Pointing out that companies like Thermax,Crompton Greaves,L&T and others received limited orders in the last three quarters,officials from power equipment firms feel that the so-called optimism about power situation in the state was only temporary. They say what affects the country will also impact Maharashtra and that the power situation is not so good now.
At Thermax Ltd,which provides a range of engineering solutions to energy and environment sectors,officials admit that the number of orders has been dipping. Investments in the power sector have been declining due to RBI’s rate hike spree to curb inflation. Land acquisition challenges and deepening fuel crisis have considerably affected orders across various sectors,they said.
Pradeep Bhargava,chairman of the Confederation of Indian Industries,Western Region,fears that the combined losses incurred by the state electricity boards that is in excess of Rs 1,25,000 crore may well escalate into a major problem . “Even if industrial units were capable of generating power in order to sell it to the power utilities,what is the guarantee that the boards will pay them?” he says.
He added that due to stagnant economy,industrial demand is low and at some manufacturing units employees are not working the usual three shifts.
Industry consumes about 40 per cent of power while 22 per cent is required by domestic consumers and 19 per cent by agriculture.
By March 2011,Maharashtra had an installed generation capacity of 22,645 MW. The industrial consumption in the state is 30,866 Million Kilo Watt Hours.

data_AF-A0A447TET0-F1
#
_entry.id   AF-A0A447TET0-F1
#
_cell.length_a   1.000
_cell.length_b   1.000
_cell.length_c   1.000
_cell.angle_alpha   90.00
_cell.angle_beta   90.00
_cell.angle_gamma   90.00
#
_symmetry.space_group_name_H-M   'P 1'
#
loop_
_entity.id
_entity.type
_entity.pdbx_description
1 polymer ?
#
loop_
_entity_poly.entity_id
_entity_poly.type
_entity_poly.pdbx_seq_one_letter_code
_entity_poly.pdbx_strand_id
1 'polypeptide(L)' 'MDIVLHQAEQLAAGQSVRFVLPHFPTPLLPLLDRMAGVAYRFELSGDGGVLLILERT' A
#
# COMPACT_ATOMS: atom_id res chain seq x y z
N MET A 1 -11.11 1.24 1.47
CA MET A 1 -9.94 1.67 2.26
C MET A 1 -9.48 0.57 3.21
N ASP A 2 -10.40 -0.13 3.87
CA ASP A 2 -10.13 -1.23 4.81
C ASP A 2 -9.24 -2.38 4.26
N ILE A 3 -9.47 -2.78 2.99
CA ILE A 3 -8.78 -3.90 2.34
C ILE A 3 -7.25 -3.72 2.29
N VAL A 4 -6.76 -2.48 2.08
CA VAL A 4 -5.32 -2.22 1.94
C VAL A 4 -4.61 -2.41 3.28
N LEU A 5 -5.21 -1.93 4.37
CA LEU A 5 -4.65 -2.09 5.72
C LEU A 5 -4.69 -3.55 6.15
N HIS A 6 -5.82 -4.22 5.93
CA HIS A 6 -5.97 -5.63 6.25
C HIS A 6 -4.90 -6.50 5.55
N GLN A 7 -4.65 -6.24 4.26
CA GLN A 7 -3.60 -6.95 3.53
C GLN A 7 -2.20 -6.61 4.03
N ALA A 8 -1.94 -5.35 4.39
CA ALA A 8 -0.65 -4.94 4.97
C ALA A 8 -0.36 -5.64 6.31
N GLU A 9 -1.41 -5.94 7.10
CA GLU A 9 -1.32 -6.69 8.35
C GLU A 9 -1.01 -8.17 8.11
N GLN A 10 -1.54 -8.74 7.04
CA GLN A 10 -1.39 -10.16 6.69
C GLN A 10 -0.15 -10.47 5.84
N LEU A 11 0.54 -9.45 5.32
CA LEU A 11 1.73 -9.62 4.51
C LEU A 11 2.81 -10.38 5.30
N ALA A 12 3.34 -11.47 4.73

Anant Sardeshmukh,Director General of Mahratta Chamber of Commerce,Industries and Agriculture,said there was no problem with power situation now.
Bhargava said there was no major concern about the supply of power to industries. Industries have not faced severe hardship in the state unlike other states as new power generation capacities have been added apart from Dabhol power plant,he said.
According to MSEDCL officials,Maharashtra procures power from various sources nearly 6,500 MW from Mahagenco,3,000-4,000 MW from central grid and 1,500 MW from Dabhol power station.
The remaining 700-800 MW power is purchased from other sources. The MSEDCL earns around Rs 2,800 crore every month from consumers and the shortfall is due to lack of revenue generation from areas where transmission and distribution losses are high. “It is the domestic consumers who have suffered due to loadshedding for several hours,” says Jayant Deo,managing director and CEO of Indian Energy Exchange (IEX).
Maharashtra has always given priority to the industrial sector and hence it has not suffered.
But the ones to be affected are small consumers as they do not have the choice of an electricity supplier. According to the Electricity Act,2003,such industrial units that consume electricity of 1MW and above have a choice of a supplier.
For industries in MIDC,load shedding was restricted to only one staggering day/week. Industries then had faced load shedding of 8 to 16 hours for only one day in the week. Experts said since many industries,anyway,take a weekly off on such staggering day (for maintenance or other reasons),load shedding has not affected these industries to a great extent. According to MSEDCL officials,that there is no loadshedding for industries.
Says Shantanu Dixit from Prayas Energy Group says,”Industries on express feeders enjoy 24×7 power supply and are exempted from load shedding.
For industries outside MIDC areas,a couple of years ago,load shedding was for 4-6 hours in a day during peak of power shortage. Recently,this has reduced to 0 to 4 hours,depending on the area.”